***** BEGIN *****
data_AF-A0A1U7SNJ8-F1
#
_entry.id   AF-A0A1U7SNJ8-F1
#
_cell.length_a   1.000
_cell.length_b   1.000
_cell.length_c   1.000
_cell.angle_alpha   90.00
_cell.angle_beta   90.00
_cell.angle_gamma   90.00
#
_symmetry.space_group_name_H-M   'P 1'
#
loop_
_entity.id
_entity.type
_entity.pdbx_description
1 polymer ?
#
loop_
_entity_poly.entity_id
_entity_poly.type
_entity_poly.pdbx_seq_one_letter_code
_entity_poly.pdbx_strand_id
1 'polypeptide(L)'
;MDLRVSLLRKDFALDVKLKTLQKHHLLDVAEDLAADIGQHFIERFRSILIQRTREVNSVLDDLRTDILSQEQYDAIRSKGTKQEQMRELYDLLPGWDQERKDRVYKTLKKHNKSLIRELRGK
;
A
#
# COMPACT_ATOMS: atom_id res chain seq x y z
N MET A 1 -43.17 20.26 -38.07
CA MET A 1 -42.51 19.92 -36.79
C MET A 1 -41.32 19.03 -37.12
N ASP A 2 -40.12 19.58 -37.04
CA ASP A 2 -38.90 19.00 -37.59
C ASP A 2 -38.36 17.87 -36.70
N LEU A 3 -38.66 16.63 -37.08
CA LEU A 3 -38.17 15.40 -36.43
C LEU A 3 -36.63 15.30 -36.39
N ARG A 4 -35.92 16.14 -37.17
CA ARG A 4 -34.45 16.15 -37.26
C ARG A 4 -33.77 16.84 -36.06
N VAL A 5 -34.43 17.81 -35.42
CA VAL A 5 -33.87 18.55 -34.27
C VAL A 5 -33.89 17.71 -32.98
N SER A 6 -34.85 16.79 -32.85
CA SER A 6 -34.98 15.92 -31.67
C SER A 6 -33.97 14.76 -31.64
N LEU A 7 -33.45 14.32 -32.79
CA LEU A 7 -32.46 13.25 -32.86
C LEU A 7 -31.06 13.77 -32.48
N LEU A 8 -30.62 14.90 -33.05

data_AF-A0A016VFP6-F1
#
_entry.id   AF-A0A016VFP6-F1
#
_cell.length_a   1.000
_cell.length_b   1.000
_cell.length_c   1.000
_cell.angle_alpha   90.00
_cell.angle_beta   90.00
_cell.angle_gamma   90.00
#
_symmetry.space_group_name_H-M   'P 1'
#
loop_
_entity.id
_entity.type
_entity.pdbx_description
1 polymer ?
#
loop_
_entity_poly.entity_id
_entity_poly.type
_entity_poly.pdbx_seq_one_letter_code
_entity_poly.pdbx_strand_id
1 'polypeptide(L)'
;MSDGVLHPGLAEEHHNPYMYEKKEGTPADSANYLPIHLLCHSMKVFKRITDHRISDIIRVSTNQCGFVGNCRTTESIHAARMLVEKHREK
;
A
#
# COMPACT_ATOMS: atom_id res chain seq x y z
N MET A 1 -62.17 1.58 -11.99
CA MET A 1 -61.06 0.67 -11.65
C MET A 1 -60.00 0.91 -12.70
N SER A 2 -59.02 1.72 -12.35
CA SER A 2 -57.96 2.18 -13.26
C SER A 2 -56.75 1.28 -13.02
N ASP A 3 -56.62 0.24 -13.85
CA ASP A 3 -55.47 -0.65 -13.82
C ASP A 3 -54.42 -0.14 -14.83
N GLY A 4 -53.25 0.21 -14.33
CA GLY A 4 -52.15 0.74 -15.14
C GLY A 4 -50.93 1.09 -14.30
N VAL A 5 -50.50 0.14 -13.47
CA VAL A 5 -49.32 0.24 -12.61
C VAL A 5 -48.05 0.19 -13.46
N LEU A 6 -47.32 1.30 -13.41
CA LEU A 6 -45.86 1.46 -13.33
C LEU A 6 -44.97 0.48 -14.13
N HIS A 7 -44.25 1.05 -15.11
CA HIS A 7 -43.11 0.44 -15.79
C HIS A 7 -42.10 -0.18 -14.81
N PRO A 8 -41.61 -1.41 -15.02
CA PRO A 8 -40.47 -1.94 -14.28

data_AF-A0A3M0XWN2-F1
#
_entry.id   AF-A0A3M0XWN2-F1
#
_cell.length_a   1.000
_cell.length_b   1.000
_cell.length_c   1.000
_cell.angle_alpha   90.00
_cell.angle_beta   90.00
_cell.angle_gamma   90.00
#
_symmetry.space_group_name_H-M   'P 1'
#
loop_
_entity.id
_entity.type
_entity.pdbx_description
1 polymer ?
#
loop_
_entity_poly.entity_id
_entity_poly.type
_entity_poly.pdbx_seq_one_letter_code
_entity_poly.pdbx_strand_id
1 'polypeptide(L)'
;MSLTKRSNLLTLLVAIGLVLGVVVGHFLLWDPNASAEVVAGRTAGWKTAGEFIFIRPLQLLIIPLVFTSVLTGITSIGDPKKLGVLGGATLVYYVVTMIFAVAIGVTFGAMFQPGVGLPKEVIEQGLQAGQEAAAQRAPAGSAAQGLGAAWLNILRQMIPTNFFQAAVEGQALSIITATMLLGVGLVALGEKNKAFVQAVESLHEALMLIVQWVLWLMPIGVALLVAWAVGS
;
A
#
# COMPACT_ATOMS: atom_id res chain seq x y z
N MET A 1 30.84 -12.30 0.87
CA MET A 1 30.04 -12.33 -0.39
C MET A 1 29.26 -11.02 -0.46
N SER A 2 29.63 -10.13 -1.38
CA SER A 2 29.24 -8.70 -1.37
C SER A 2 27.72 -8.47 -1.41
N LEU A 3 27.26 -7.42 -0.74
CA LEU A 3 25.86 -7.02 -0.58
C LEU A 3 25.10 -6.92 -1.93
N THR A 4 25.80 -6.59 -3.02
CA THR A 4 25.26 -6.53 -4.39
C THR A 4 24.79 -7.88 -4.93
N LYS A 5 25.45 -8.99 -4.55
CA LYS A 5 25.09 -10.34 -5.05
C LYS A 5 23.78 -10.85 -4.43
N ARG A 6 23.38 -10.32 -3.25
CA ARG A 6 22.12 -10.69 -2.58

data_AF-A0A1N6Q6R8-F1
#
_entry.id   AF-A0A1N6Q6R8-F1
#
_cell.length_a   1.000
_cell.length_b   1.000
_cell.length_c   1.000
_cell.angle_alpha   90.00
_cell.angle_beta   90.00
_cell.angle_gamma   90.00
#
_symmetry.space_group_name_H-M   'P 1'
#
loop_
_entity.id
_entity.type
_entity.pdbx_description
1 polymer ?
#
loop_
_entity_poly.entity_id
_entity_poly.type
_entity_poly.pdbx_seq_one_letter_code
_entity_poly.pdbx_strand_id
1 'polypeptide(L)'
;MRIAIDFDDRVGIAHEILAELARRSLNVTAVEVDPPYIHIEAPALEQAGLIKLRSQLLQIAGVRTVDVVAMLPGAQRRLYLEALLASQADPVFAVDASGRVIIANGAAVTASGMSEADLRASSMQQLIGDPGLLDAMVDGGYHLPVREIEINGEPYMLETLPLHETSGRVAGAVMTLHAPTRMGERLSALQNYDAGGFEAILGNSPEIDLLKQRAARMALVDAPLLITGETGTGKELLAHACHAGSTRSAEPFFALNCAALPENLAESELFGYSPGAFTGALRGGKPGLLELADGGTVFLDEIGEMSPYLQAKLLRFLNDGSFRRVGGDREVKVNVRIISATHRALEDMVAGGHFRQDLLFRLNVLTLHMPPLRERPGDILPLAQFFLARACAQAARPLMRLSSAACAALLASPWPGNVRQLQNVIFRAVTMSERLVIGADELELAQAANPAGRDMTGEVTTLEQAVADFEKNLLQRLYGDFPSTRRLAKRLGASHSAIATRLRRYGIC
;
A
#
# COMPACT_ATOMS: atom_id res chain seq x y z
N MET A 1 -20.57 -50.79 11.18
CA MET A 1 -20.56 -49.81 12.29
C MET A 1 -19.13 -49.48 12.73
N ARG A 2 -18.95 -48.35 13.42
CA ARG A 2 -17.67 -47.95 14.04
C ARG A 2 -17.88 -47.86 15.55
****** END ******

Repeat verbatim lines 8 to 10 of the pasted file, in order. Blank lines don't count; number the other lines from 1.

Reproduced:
_cell.angle_alpha   90.00
_cell.angle_beta   90.00
_cell.angle_gamma   90.00